What would really strip our lives of meaning, would be if we knew that nobody at all would live on after we die.   Now it may not be immediately obvious why one should care whether other people live on after you yourself die.   At a minimum, though, one tends to care about one’s children living on after you and about the many other people you hold near and dear.  But those, of course, are people in whose continued existence one has a personal stake of some sort.   When we talk about collective immortality, we’re talking about people on into the distant future, to whom no one currently living will have any real personal connection whatsoever.  Why should we care about them?

To see why let’s do a little thought experiment to test that claim.  Suppose that tomorrow, out of the blue, some virus from outer space causes every living human being to be infertile.   From that day forward, no new people will ever be born.  Slowly, but inexorably, we will all die out.  It’s admittedly a pretty gruesome thought experiment.  But it enables us to raise some deep and important questions. Take me, for instance.  I’ve been trying to finish three different books for what is beginning to seem like forever now.  If I knew there were no new people ever to be born henceforth, would I keep trying to finish all those books?  Should I?  What would be the point? There’s going to be nobody around to read and appreciate my brilliance.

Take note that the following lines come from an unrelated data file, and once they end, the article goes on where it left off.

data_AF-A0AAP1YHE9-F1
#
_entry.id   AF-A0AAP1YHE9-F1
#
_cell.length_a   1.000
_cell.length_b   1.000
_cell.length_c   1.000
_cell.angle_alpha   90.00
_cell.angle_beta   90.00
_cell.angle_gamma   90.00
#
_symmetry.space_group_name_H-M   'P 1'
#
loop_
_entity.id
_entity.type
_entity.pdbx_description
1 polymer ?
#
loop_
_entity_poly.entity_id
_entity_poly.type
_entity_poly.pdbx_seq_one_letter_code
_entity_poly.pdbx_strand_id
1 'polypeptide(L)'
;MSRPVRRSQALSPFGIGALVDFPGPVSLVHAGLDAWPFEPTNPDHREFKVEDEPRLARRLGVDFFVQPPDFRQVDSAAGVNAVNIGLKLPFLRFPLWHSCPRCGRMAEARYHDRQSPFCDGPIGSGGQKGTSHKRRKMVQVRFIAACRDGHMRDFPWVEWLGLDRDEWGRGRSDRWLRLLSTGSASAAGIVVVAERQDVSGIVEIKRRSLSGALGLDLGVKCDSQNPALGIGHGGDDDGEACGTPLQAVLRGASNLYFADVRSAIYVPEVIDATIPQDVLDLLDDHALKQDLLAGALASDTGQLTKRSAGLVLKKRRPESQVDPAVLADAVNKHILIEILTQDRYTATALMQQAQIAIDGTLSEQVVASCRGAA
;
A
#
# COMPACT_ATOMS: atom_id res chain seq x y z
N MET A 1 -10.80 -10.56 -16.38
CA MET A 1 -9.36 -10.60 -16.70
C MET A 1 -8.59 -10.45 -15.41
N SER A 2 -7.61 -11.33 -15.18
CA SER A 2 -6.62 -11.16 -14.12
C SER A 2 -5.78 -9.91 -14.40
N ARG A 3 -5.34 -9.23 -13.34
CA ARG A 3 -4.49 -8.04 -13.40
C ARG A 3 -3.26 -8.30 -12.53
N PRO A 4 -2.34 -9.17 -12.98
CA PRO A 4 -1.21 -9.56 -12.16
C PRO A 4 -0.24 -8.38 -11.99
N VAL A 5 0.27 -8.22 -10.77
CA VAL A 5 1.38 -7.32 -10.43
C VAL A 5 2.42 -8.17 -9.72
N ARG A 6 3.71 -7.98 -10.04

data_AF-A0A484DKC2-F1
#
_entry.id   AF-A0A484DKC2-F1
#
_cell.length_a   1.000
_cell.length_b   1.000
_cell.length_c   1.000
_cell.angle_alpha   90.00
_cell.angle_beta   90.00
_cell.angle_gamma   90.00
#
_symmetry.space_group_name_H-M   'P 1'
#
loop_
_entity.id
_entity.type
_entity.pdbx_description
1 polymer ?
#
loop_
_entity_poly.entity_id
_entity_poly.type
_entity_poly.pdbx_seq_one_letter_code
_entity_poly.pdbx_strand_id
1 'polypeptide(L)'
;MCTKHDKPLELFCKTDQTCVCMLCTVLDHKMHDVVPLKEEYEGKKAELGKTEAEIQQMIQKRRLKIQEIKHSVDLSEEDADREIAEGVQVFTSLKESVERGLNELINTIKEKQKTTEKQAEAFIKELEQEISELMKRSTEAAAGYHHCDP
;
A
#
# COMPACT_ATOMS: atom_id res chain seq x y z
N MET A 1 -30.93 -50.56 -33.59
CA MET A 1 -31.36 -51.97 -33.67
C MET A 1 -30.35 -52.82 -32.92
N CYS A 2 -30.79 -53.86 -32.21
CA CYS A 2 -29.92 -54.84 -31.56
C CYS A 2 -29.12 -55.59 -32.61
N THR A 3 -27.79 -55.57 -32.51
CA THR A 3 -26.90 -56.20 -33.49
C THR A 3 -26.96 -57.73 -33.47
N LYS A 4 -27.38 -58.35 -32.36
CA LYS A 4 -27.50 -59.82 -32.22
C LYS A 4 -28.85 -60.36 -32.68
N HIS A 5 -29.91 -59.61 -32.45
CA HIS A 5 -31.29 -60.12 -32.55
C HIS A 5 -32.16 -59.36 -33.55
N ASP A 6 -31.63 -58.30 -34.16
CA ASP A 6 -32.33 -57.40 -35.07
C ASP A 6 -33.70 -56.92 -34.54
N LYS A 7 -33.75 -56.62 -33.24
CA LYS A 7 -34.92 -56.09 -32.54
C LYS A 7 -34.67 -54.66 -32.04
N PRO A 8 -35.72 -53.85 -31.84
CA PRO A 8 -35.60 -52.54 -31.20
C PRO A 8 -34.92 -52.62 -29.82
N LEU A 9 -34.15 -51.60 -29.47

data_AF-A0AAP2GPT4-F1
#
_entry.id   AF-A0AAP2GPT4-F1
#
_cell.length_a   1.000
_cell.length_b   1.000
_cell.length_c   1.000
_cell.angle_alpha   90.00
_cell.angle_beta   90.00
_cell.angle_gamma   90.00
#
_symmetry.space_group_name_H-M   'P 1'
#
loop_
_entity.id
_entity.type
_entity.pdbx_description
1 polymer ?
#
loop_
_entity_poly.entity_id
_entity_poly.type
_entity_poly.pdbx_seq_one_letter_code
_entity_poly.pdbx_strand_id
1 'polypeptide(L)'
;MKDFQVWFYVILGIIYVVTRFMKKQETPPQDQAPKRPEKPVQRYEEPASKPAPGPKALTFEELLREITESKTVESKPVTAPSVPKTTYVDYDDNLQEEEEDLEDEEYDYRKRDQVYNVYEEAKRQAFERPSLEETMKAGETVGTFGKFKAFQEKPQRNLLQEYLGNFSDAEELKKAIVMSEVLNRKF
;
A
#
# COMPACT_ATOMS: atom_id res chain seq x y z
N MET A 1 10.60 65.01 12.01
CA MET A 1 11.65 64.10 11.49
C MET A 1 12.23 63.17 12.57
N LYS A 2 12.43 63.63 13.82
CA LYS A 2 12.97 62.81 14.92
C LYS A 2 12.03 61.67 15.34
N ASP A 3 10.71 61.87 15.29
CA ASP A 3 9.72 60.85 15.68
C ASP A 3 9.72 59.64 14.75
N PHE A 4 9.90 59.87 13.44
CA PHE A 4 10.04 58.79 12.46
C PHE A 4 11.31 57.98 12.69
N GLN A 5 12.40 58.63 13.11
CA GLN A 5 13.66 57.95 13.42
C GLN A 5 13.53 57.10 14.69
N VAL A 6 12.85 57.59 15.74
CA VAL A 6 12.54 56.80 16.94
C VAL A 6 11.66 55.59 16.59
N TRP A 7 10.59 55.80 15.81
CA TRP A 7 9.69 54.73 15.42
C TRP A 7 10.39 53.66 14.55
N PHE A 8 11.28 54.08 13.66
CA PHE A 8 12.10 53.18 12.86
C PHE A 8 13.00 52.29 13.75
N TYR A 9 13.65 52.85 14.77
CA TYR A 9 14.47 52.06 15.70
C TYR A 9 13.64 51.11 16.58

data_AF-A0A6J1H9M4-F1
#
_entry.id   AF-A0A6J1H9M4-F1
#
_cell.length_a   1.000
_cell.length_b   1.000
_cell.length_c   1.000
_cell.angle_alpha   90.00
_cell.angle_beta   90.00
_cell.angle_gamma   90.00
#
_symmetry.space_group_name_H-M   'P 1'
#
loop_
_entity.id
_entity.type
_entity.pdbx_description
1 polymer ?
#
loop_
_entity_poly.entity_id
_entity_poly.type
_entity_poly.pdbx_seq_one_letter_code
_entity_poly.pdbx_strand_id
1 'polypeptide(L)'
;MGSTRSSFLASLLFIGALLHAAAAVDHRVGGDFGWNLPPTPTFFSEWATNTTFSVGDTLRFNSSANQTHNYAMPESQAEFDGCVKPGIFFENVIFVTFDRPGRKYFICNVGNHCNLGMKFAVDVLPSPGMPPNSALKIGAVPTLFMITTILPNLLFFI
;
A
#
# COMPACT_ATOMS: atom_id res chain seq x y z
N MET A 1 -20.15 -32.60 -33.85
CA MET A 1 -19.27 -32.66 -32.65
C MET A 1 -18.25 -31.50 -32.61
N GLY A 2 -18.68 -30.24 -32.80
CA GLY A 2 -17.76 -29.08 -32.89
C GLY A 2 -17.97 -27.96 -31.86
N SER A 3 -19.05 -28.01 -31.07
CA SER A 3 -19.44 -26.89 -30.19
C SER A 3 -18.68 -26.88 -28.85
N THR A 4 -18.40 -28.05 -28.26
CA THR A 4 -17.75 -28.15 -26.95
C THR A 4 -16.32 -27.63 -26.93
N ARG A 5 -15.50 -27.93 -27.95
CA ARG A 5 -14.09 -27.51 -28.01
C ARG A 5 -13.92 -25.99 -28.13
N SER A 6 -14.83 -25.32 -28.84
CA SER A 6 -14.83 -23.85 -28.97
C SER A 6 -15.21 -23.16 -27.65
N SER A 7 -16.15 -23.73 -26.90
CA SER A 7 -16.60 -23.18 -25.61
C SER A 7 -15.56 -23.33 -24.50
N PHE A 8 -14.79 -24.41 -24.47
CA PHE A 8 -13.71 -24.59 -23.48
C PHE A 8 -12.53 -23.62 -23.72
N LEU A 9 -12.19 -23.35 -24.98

I’m tempted to say that I would keep writing them for my own sake and because I would want to achieve some measure of closer in these long-standing projects of mine.  But why would closure matter so much?   Indeed, the thought of the precious books I’ve devoted my life to writing, sitting on some dusty library shelf, never to be read by another human being, nothing more than food for worms fills me with a deep sense of dread.   And it kind of undermines my confidence that they would be  worth writing in the first place.   But if that’s right, it seems as though I may have a stake – a quite personal stake – in the existence of future generations of utter strangers.